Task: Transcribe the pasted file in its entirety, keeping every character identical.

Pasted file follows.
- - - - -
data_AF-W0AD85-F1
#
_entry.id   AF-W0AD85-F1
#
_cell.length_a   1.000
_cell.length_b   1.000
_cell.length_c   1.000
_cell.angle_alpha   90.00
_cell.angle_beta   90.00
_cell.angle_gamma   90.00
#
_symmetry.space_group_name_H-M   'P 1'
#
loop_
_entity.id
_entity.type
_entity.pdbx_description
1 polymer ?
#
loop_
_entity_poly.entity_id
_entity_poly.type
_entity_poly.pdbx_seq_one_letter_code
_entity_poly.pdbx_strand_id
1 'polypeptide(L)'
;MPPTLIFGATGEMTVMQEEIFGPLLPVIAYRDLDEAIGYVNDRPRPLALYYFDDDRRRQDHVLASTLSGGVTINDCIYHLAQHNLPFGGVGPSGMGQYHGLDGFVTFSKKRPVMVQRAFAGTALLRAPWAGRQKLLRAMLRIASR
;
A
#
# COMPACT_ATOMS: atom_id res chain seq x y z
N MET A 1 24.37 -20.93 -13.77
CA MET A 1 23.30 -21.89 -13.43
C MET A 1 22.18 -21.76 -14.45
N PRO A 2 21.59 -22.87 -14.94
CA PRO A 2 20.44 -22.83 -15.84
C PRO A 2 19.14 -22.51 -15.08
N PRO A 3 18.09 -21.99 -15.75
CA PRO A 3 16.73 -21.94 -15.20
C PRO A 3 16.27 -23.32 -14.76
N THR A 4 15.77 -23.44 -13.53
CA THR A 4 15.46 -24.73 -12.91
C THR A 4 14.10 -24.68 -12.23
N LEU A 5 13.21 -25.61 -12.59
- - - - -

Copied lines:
data_AF-W0AD85-F1
#
_entry.id   AF-W0AD85-F1
#
_cell.length_a   1.000
_cell.length_b   1.000
_cell.length_c   1.000
_cell.angle_alpha   90.00
_cell.angle_beta   90.00
_cell.angle_gamma   90.00
#
_symmetry.space_group_name_H-M   'P 1'
#
loop_
_entity.id
_entity.type
_entity.pdbx_description
1 polymer ?
#
loop_
_entity_poly.entity_id
_entity_poly.type
_entity_poly.pdbx_seq_one_letter_code
_entity_poly.pdbx_strand_id
1 'polypeptide(L)'
;MPPTLIFGATGEMTVMQEEIFGPLLPVIAYRDLDEAIGYVNDRPRPLALYYFDDDRRRQDHVLASTLSGGVTINDCIYHLAQHNLPFGGVGPSGMGQYHGLDGFVTFSKKRPVMVQRAFAGTALLRAPWAGRQKLLRAMLRIASR
;
A
#
# COMPACT_ATOMS: atom_id res chain seq x y z
N MET A 1 24.37 -20.93 -13.77
CA MET A 1 23.30 -21.89 -13.43
C MET A 1 22.18 -21.76 -14.45
N PRO A 2 21.59 -22.87 -14.94
CA PRO A 2 20.44 -22.83 -15.84
C PRO A 2 19.14 -22.51 -15.08
N PRO A 3 18.09 -21.99 -15.75
CA PRO A 3 16.73 -21.94 -15.20
C PRO A 3 16.27 -23.32 -14.76
N THR A 4 15.77 -23.44 -13.53
CA THR A 4 15.46 -24.73 -12.91
C THR A 4 14.10 -24.68 -12.23
N LEU A 5 13.21 -25.61 -12.59